The needs of economically disadvantaged students or their families on the Ahwatukee campuses of Kyrene School District almost equal those on its Tempe and Chandler campuses combined.
That’s why district officials hope that in a season of giving, people will remember to sign up for the mobile app Purposity, which matches specific immediate needs for needy kids or their families in the district with local donors who signed up at purposity.com to meet them.
The district texts Purposity users once a week seeking items costing no more than $250 for a student in need. The item is purchased through Amazon and shipped directly to Kyrene’s district headquarters, where a staffer gets the item to the student.
Despite a strong response by residents a year ago when Kyrene became the first school district in the state to adopt Purposity, signups and responses to calls for action have fallen off lately.
“While we don’t know the exact reason for the decline in donations, we do know that after our record registrations, needs were being filled within hours, if not minutes, of the weekly text messages,” district spokeswoman Erin Helm said.
Because at times “users reported attempting to fill needs only to find they had all been filled,” Helm said, “it is possible some users stopped trying.”
“Kyrene set records with the speed and volume of Purposity registrations when we launched last year,” Helm said. “However, over the course of the year, donations declined even as needs increased. As a result, Purposity is seeing a backlog of unfilled Kyrene needs.”
Currently, Helm said, there are 146 needs among students and families connected with Kyrene’s Ahwatukee schools, compared to 82 on its Chandler campuses and 92 in its Tempe schools.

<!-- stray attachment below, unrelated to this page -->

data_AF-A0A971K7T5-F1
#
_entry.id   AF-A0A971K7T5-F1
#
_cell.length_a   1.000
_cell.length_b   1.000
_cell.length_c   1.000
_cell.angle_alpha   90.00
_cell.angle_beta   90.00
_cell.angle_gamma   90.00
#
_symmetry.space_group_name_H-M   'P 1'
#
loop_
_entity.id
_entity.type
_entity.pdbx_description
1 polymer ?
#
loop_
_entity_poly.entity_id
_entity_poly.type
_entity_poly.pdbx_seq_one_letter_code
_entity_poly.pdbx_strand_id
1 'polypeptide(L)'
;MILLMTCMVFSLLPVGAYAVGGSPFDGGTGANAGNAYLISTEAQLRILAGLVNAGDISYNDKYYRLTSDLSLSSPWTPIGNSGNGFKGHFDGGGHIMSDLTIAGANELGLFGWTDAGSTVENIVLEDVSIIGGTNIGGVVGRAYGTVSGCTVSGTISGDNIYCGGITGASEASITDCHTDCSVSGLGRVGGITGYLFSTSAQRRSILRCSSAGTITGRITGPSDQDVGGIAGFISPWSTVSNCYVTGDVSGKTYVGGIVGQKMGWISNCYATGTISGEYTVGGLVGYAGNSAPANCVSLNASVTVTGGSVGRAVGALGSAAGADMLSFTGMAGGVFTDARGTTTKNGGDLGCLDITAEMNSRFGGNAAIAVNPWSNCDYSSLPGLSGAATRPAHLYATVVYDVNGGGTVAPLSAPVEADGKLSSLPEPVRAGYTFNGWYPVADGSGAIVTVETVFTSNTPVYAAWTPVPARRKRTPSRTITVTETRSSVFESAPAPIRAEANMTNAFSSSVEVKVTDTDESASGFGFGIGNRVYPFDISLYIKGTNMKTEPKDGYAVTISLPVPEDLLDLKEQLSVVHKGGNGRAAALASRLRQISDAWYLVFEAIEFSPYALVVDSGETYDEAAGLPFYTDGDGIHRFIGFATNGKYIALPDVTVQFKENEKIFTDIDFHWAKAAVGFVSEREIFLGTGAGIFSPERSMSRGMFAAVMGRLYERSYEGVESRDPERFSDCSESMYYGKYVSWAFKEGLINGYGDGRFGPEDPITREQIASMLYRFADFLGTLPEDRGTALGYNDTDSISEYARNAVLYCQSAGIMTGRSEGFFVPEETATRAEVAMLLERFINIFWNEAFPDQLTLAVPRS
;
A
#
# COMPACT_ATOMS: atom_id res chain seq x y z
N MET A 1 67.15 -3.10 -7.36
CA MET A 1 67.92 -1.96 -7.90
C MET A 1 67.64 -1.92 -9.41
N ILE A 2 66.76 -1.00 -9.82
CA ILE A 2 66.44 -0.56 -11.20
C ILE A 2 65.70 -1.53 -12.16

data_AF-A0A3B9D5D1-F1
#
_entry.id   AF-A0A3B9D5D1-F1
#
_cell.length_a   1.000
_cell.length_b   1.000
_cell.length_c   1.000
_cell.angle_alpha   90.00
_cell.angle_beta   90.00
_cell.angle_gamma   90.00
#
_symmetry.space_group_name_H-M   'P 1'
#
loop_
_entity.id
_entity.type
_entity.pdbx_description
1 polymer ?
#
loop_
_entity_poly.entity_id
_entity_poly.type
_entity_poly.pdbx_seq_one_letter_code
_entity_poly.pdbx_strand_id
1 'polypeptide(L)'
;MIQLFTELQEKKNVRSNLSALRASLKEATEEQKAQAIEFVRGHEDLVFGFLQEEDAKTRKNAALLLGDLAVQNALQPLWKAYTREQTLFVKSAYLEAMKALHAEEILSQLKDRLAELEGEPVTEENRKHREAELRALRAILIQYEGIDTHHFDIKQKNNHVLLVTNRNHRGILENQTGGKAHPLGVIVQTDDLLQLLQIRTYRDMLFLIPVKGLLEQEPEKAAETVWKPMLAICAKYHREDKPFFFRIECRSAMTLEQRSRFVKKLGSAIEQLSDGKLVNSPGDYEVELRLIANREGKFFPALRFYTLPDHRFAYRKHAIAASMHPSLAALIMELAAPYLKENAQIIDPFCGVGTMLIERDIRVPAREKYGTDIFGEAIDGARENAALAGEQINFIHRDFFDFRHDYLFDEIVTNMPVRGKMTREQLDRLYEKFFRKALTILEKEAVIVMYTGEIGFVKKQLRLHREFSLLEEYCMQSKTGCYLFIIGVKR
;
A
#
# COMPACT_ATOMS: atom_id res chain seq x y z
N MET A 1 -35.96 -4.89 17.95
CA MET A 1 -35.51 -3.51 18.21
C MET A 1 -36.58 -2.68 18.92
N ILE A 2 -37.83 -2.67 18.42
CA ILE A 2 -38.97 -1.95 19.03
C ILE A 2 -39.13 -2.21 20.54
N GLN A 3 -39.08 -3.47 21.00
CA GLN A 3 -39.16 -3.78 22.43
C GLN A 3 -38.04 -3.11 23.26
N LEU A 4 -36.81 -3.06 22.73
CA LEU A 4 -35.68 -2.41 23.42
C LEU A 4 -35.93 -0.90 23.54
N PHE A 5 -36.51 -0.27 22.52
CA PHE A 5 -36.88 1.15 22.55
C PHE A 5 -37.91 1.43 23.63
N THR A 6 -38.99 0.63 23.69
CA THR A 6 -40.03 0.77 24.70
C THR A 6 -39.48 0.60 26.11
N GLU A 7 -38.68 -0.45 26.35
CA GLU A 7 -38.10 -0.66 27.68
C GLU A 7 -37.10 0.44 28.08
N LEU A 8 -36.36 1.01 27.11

The numbers reflect individual items needed, not necessarily individual students or families, Helm said, explaining, “A family that lost everything to a fire, for example, might have many needs.”
Purposity was created by Georgia entrepreneur Blake Canterbury, and it has been adopted in districts across the country. Canterbury wanted to use storytelling and the digital world to help people, so he and other volunteers began crafting small stories around each need to make each text a heartfelt message rather than an impersonal list.
In Kyrene, school staff share specific student needs with users who are then texted to the phones of people who have signed up as prospective donors. They can then choose to fill that need.
All donations and contributions go directly to the student or family.
“Last year, thanks to our community’s incredible generosity, Kyrene helped 123 families, including students from every single Kyrene school,” Helm said.
Donors can just enter their number and ZIP code at purposity.com or in the Apple store or Google Play. They will then receive a single weekly text alert for needs than can involve simple things, like an alarm clock, or vital needs, like shoes.
Purposity also can be used if a family were to experience a large loss due to a life event, such as a fire.
Once the need is fulfilled, the donor receives a text that says, “Right about now you’re making someone’s day. The Purposity need you met has arrived, and we just wanted to say thanks for making a difference.”
Last year, Kyrene Superintendent Jan Vesely had a new pair of sneakers in her office that was destined for a needy student.
They had been purchased by a Purposity donor who answered this request:
“This student and her family have been through a lot of transitions lately. They migrated to Arizona and have been working hard for a hopeful future. Unfortunately, medical issues have led to this student’s mom being forced to return to her home country to receive treatment. This student’s single dad is doing all that he can to help soothe this transition, but times have been tough and he could use some support. Give this student and her siblings a sense of hope by sending them a few basics, starting with these shoes.”
Canterbury explained, “Purposity isn’t just a tool. It’s a vision. It’s a vision of seeing the world as it should be. It’s the quest to connect neighbors and communities around purpose. It’s you helping those around you.
“As a group of social entrepreneurs, from the very beginning we wanted to make something that mattered,” he added.
“The solution we envisioned needed to be user-friendly enough that anyone could navigate it but sophisticated enough to solve complex social issues. To bring this to you, we had to ask ourselves, ‘Is it possible to create a legacy that connects organizations and individuals in a meaningful way, unifying us all under the common quest for purpose?’ Turns out, the answer is ‘yes.’”